DVD Review: Average DVD minimally enhances quaint classic

“”Little Women”” is a sentimental-film favorite. Among the five film versions, director George Cukor’s 1933 rendition (the first in sound) has been called the “”definitive”” version for Katherine Hepburn’s precise characterization as protagonist Jo March. Although a bit melodramatic, “”Little Women”” deserves its place among the classics being introduced into DVD format. Unfortunately, the DVD boasts meager special features, making it only slightly preferable to the video version.

Based on Louisa May Alcott’s beloved Civil War-era novel, the story records the joys and hardships of the four March girls as they mature into “”little women.”” There is serious and petulant Meg (Frances Dee), vain but charming Amy (Joan Bennet) and shy and saintly Beth (Jean Parker). The movie, however, centers on Jo, the vivacious tomboy with literary aspirations. The movie follows Jo as she pursues her own unique path yet stays connected to her family and friends, dealing with sickness, death, romance and dreams deferred in their own turn.

The DVD’s benefits are mostly in the film itself. The film is preserved in the original widescreen film ratio, unlike VHS. If you look for it, you can see scratches and blips, but overall, the digital sound and crisp picture quality preserve the immediacy and timelessness of the tale. The snow and forest scenes are especially vivid — you can almost touch the snow. One thing that doesn’t change, unfortunately, is the still-tinny sound quality that makes the girls’ incessant squeals a bit too high-pitched for comfort.

For special features, the DVD has little extra to offer, but it’s decent and has a quaint interface to match the film. There’s only one language track, but subtitles in six languages. There are notes and pictures on the Hepburn/Cukor collaboration and a list of awards, but no Academy Awards clips or any interviews are included — a bit surprising for the “”definitive”” version as the DVD’s back cover proclaims.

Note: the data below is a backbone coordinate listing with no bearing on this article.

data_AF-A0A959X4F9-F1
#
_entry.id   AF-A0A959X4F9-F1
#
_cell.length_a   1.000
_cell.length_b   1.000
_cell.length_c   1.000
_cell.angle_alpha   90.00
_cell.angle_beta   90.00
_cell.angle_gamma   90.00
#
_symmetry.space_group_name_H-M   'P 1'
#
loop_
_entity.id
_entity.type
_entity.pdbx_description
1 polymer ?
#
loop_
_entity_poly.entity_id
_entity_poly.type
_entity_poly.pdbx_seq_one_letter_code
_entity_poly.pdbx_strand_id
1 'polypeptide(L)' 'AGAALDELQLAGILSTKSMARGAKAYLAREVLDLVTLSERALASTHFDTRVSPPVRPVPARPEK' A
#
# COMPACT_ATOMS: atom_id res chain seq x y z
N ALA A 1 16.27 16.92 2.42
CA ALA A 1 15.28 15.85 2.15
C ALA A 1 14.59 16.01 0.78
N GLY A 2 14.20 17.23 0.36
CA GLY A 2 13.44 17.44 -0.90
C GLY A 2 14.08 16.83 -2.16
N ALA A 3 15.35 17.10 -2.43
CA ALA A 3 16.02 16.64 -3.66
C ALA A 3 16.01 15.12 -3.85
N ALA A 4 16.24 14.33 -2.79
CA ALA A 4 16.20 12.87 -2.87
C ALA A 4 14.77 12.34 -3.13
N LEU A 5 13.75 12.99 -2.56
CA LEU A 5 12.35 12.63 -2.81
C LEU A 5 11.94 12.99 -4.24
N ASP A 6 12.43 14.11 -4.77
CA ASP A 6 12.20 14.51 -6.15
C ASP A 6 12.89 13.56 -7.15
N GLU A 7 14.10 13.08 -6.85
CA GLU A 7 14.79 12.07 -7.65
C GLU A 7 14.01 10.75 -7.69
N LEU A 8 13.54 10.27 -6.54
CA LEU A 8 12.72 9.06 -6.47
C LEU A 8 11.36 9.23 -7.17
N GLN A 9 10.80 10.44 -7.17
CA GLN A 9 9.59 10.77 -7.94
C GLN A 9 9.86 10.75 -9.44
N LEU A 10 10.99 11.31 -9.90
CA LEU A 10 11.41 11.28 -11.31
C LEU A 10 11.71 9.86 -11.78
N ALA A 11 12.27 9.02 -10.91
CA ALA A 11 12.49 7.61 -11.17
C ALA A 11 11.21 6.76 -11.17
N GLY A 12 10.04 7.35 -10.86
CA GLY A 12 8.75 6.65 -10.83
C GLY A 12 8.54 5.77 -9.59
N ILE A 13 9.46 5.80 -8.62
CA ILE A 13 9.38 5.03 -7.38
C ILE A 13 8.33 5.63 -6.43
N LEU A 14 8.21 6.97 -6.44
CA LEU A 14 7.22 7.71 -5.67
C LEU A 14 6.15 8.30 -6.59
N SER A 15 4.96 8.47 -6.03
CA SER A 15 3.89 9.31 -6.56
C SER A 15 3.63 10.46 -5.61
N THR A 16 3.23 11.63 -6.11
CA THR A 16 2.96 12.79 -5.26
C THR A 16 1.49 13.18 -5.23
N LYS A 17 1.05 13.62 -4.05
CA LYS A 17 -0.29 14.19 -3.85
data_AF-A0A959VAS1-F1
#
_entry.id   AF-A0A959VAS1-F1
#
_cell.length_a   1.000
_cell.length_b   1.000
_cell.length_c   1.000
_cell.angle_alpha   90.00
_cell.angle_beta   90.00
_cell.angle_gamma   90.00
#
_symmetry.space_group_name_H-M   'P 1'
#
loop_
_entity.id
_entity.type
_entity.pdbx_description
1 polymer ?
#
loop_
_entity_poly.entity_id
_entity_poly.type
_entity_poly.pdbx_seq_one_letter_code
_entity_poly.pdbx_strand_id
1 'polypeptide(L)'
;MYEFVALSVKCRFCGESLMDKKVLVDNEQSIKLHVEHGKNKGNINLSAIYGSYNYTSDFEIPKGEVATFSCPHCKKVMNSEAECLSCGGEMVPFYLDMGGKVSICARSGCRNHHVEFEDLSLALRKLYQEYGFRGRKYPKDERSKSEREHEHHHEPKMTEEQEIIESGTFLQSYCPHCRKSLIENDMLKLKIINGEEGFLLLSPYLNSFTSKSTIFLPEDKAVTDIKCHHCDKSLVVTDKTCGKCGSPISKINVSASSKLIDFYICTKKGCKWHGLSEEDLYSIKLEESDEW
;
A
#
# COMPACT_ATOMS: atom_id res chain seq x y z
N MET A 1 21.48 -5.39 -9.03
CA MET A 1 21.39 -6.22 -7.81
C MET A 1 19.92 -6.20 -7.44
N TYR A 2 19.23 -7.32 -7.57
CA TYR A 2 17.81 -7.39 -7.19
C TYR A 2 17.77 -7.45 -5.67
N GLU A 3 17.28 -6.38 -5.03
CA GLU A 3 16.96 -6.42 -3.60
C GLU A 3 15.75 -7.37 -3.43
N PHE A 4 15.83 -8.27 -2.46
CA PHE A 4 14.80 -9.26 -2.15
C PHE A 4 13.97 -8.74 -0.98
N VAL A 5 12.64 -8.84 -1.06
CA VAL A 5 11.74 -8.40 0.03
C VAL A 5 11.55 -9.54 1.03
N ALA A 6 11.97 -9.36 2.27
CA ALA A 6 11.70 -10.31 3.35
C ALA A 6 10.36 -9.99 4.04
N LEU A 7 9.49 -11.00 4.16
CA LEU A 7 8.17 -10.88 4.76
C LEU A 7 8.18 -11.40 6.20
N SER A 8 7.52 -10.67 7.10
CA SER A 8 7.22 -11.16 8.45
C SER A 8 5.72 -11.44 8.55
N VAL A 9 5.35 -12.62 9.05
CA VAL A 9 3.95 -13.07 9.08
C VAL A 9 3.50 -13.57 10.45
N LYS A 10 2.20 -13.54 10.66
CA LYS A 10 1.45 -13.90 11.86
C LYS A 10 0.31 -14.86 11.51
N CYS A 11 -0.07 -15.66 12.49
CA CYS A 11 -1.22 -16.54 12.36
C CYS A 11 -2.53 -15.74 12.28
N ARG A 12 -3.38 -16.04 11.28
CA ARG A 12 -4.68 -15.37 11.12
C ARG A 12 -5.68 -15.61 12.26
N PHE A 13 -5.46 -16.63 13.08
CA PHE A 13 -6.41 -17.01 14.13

The most interesting thing besides the trailer is music director Max Steiner’s scoring session music cues, including two alternate track takes. Only true fans will listen to every track, however, for although the music is good, there aren’t any truly memorable themes. The most annoying aspect is that the theme music starts from the beginning every time you return to the main menu. Still, the DVD makes the best of its special features.

In short, it is welcome to finally have the heart-warming “”Little Women”” on DVD, but unless you are a die-hard fan, it is advisable to wait for a bargain before buying it.

*** Three Stars

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